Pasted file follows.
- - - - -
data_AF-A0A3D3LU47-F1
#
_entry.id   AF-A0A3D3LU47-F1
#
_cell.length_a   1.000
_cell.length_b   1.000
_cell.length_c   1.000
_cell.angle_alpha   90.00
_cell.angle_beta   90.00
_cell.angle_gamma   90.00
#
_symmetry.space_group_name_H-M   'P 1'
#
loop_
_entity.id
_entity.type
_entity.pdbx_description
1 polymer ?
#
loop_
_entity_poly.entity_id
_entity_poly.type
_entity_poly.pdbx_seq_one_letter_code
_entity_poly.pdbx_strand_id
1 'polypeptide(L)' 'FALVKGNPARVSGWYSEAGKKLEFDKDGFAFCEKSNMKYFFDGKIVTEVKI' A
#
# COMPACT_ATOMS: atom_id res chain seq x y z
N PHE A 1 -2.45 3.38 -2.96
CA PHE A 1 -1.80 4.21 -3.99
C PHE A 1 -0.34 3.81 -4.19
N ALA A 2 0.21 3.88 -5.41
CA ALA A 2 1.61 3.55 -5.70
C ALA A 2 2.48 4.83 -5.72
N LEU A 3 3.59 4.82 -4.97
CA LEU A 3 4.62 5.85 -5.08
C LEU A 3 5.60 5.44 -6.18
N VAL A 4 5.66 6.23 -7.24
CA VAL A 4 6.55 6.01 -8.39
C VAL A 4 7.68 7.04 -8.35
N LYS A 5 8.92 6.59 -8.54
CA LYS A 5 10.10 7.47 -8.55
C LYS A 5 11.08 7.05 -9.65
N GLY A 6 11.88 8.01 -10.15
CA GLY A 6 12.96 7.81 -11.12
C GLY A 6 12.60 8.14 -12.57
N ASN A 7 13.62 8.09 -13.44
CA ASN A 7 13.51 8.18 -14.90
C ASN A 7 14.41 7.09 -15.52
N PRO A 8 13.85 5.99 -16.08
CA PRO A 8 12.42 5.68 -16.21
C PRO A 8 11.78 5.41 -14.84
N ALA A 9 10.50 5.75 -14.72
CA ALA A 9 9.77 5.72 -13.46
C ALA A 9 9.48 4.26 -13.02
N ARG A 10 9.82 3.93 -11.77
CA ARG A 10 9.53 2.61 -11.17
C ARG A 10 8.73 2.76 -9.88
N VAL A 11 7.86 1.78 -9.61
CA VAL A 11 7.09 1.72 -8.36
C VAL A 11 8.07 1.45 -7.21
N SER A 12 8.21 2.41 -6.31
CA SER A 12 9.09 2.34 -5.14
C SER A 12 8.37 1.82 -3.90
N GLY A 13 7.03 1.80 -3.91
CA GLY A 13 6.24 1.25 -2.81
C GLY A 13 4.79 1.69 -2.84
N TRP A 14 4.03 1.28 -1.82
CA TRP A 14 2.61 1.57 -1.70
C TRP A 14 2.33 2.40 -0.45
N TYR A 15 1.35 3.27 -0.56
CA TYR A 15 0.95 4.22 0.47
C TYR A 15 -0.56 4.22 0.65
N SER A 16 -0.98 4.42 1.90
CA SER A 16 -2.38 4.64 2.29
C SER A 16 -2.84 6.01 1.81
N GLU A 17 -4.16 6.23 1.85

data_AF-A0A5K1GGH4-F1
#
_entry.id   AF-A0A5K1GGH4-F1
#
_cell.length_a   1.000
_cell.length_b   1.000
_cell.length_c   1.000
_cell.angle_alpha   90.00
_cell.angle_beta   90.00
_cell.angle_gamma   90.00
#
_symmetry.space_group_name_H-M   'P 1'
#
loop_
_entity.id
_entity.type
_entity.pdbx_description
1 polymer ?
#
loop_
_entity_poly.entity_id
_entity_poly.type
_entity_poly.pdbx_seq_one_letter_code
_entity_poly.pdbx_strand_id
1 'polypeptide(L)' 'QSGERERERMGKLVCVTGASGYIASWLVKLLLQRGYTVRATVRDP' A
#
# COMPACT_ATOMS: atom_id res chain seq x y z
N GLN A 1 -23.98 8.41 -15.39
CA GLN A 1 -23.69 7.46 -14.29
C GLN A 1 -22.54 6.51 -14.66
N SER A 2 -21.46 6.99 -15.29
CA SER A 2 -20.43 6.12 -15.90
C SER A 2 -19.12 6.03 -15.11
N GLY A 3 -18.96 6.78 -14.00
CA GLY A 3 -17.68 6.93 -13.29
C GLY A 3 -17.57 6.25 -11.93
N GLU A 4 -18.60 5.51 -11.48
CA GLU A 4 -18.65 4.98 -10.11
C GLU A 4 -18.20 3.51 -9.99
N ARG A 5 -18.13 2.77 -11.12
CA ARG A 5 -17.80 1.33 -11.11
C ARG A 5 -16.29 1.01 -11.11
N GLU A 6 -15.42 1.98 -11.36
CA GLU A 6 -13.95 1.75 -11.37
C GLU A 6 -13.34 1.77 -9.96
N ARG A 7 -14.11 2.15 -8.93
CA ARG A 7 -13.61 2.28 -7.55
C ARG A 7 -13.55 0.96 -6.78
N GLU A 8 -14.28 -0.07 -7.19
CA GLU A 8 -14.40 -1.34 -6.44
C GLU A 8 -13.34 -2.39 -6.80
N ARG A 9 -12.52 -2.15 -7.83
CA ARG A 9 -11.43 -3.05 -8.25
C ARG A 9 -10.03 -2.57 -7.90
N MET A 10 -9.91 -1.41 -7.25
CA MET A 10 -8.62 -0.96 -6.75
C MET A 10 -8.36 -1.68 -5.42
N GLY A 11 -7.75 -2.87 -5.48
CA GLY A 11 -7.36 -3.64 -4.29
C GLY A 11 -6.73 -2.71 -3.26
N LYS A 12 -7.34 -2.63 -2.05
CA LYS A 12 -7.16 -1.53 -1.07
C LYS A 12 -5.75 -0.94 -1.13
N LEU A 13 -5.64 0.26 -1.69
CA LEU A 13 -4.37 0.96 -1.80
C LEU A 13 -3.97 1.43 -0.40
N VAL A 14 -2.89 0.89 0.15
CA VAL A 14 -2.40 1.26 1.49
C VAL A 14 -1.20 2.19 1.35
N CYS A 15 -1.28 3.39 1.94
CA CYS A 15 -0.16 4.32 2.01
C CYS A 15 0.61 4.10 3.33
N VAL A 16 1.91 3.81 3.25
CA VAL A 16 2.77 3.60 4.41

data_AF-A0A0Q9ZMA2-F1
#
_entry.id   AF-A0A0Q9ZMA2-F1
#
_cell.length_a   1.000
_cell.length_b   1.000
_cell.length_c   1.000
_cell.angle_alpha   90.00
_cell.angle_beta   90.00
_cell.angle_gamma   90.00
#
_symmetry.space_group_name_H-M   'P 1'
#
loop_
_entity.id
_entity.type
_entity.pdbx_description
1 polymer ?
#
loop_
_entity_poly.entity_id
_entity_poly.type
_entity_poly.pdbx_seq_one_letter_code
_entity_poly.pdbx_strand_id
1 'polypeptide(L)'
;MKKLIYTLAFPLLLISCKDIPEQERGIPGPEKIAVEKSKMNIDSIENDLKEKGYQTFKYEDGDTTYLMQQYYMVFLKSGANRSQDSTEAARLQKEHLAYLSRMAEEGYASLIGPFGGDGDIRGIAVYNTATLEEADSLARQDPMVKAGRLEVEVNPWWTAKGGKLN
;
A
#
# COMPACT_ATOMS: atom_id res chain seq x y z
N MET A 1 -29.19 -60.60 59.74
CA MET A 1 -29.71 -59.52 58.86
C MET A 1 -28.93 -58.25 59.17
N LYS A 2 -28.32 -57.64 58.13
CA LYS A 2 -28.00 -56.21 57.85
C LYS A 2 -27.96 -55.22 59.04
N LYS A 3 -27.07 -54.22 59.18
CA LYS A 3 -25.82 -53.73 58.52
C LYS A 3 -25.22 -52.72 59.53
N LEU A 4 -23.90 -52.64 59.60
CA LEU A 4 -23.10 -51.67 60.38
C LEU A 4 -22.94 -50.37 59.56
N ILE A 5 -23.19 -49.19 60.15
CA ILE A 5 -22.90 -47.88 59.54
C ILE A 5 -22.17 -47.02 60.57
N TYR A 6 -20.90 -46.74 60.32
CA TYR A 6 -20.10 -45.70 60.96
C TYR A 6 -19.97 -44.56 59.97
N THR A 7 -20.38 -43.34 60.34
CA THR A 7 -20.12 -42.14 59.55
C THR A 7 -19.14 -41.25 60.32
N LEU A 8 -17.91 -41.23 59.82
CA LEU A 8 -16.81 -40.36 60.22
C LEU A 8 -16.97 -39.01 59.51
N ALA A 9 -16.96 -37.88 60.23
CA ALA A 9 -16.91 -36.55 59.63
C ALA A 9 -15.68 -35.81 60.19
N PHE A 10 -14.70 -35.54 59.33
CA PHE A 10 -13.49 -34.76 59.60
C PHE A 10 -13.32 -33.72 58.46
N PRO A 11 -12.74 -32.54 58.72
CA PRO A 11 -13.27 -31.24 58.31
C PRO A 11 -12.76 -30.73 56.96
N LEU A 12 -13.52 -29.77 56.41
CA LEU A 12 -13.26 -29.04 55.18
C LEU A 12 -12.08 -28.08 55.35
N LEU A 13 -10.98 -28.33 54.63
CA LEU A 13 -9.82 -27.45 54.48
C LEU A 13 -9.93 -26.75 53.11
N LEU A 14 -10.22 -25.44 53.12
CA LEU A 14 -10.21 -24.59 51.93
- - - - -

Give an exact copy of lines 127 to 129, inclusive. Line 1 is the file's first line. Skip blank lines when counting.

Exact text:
C GLU A 8 -13.34 -2.39 -6.80
N ARG A 9 -12.52 -2.15 -7.83
CA ARG A 9 -11.43 -3.05 -8.25